Douglas has been actively involved in policy activities to expand employment equity legislation, seen in OCASI’s work with organizations like the Ontario-based Colour of Poverty – Colour of Change. Legislation of this nature is designed to reduce racial discrimination and increase equitable employment practices. In the absence of such legislation, however, organizations can still implement practices such as identifier-removed hiring. She cited the Ontario government’s Anti-Racism Directorate as an important provincial-level structure to increase racial equity within the province.

OCASI has also been working to improve the relationship between refugees and Indigenous peoples. To do this, they are encouraging conversations between members of both groups around the experiences of both forced immigration and Indigeneity in Canada.

Molly Peters: 150 years of resistance

Molly Peters located herself as a proud Mi’kmaq woman from Paqtnkek Mi’kmaw Nation who is also an elected band councilor for her Nation.

In her segment, Peters contrasted the ongoing Canada 150 celebrations with the need for wider understanding among non-Indigenous Canadians about the significance of findings in the Truth and Reconciliation Commission (TRC) Report. She cautioned against the bastardization of reconciliation and the imperative to focus on meaningful action that improves the lived realities of Indigenous peoples and nations.

Peters remarked that we are all treaty people: Canadians have a shared responsibility to ensure that treaties signed between their nation and Indigenous nations are honoured. Acknowledging the territory you live and work in is one small step. For public health stakeholders who have a responsibility to serve all Canadians, however, initiative must also be taken to truly understand the TRC Report and give life to its Calls to Action.

Dr. Darryl Leroux: Naturalizing race, naturalizing inequity

“There’s a way in which we as White people get offended. It’s key, as White people, to be aware of the way we are reacting to claims of racism within our workplaces.” – Dr. Darryl Leroux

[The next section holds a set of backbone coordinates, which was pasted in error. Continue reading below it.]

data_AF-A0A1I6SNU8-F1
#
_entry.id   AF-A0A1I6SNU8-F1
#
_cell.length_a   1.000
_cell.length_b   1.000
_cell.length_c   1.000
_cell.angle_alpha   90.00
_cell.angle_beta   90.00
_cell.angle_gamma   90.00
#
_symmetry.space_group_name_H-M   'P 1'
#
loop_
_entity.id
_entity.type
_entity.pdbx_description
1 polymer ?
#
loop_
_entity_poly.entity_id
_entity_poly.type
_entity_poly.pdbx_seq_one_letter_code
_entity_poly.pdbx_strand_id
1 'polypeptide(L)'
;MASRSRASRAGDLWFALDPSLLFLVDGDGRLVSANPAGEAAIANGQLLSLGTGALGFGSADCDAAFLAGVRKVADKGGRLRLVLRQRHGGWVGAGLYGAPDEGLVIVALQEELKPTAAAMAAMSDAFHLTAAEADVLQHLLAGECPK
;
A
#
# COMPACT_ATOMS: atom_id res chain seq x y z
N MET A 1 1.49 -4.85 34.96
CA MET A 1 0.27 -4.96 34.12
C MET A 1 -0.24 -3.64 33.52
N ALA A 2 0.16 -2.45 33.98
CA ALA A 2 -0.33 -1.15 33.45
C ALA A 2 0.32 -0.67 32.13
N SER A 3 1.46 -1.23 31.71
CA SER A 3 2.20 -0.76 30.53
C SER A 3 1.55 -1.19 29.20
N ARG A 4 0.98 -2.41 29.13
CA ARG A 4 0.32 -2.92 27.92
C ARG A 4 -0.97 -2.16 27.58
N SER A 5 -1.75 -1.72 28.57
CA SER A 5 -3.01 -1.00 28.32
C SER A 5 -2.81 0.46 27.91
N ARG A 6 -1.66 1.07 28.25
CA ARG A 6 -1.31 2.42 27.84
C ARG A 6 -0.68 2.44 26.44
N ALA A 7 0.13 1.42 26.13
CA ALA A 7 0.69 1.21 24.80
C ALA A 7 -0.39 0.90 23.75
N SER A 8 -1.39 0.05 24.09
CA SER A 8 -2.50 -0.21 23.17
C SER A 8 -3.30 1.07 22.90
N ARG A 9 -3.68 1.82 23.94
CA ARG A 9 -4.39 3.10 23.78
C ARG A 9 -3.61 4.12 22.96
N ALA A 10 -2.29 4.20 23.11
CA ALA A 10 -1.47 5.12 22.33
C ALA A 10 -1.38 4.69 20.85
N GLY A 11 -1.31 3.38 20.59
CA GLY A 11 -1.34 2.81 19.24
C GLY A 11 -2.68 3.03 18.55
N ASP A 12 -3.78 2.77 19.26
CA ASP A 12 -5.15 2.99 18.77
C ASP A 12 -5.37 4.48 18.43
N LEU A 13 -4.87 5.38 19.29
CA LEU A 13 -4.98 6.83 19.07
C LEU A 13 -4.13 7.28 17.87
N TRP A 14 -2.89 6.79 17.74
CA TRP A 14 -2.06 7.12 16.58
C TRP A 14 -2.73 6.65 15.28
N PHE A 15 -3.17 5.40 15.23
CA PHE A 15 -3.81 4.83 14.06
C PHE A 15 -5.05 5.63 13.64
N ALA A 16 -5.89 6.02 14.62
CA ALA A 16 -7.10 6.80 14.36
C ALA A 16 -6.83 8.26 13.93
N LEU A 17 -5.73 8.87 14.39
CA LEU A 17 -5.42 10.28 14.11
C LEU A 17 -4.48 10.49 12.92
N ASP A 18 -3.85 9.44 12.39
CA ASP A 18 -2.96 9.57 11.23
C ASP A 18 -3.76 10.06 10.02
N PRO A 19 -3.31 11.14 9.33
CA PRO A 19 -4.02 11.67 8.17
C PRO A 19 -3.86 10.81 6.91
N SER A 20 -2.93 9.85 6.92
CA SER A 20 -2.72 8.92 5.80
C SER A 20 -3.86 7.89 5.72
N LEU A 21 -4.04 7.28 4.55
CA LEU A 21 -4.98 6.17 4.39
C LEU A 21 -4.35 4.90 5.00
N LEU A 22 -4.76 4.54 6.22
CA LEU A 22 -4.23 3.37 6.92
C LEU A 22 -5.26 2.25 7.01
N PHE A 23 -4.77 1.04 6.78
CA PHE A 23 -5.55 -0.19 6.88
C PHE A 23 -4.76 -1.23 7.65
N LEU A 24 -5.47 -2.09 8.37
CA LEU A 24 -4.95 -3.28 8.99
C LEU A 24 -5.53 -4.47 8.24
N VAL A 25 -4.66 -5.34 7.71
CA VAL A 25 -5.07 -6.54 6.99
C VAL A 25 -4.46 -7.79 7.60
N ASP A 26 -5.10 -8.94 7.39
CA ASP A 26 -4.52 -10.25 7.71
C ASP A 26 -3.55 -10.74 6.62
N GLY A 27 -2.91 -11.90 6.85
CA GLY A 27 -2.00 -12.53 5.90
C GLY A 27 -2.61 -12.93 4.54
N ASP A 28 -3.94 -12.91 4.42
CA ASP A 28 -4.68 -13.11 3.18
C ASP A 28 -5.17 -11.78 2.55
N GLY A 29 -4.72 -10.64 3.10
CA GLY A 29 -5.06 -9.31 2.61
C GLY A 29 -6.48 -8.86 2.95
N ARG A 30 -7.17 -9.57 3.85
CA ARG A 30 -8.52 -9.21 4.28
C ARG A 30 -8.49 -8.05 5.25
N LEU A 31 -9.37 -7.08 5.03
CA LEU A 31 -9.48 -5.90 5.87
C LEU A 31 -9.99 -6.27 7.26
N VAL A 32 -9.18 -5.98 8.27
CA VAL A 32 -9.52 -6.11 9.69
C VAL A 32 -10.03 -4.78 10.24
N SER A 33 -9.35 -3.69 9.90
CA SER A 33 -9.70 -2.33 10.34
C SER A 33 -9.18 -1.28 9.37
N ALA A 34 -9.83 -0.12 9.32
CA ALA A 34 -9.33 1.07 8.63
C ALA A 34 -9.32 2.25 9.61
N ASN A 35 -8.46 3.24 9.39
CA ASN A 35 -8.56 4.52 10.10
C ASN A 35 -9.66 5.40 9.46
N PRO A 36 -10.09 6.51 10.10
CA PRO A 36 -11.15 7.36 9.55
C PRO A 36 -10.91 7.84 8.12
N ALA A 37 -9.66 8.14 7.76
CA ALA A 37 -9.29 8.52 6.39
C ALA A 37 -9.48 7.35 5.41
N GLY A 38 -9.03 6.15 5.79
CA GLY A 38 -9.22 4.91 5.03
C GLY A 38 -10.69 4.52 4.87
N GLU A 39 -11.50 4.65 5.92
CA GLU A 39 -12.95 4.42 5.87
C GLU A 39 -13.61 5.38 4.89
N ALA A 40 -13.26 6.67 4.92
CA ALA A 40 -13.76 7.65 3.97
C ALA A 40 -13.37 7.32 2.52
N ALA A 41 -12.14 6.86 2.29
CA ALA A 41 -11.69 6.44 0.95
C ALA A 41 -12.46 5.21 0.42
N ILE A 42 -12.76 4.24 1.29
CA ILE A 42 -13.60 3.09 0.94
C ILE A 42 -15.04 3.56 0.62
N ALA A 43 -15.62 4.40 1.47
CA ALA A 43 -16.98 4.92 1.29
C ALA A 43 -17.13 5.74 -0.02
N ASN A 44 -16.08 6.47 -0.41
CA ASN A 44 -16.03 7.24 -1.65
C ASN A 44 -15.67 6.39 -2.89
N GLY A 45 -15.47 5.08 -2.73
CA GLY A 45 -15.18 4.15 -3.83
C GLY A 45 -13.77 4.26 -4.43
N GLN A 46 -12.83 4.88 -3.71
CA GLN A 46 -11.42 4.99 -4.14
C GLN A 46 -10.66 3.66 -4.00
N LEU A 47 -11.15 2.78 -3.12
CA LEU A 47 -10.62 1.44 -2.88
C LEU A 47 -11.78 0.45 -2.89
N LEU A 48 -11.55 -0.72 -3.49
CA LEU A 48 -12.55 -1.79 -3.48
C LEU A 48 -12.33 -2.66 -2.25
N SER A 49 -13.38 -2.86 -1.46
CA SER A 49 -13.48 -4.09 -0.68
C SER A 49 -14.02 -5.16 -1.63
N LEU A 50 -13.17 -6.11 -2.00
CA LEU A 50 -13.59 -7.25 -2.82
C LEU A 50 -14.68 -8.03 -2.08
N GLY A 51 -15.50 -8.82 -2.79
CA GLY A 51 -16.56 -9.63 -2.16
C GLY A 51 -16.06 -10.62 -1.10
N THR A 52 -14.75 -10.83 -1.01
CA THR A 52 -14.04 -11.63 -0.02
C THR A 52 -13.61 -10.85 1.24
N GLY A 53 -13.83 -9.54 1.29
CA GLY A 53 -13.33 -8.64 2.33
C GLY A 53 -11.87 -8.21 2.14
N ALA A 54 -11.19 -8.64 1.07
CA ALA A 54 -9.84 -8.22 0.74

Dr. Darryl Leroux described himself as a White settler who counts the first French person born in New France among his ancestors. He was born to working-class parents in Sudbury, Ontario.

As an assistant professor of sociology at St Mary’s University, Dr. Leroux has been investigating the role that genetic scientists play in naturalizing the biological basis for race — actions that make racial inequities appear normal and inevitable. He drew attention to how those working in the health sector must be mindful of the impact this way thinking has on our collective understanding of racism and the importance of articulating race as a social construct.

Dr. Leroux’s work has made him attentive to how often White people detract from anti-racist action and critique by centring their own comfort. By often prioritizing the temporary and mild discomfort they experience when racism is raised as a concern within organizations and in society — a central tenet of White fragility — White people can distract from the real violence of racism experienced by Indigenous and racialized peoples. He called on White people to “put thought into how you react to claims of racism in your environment” and follow the lead of people with years of experience.


As the session concluded, each panelist gave an impassioned account of how they stayed committed to anti-racist and decolonial action. Though the reasons varied from presenter to presenter — hope for today’s youth, the desire to keep people alive and the progress that has happened over time — each emphasized that much more action is needed on this important issue.


Indigenous healthLeadership & capacity buildingRacism/racializationRacial equity at the NCCDH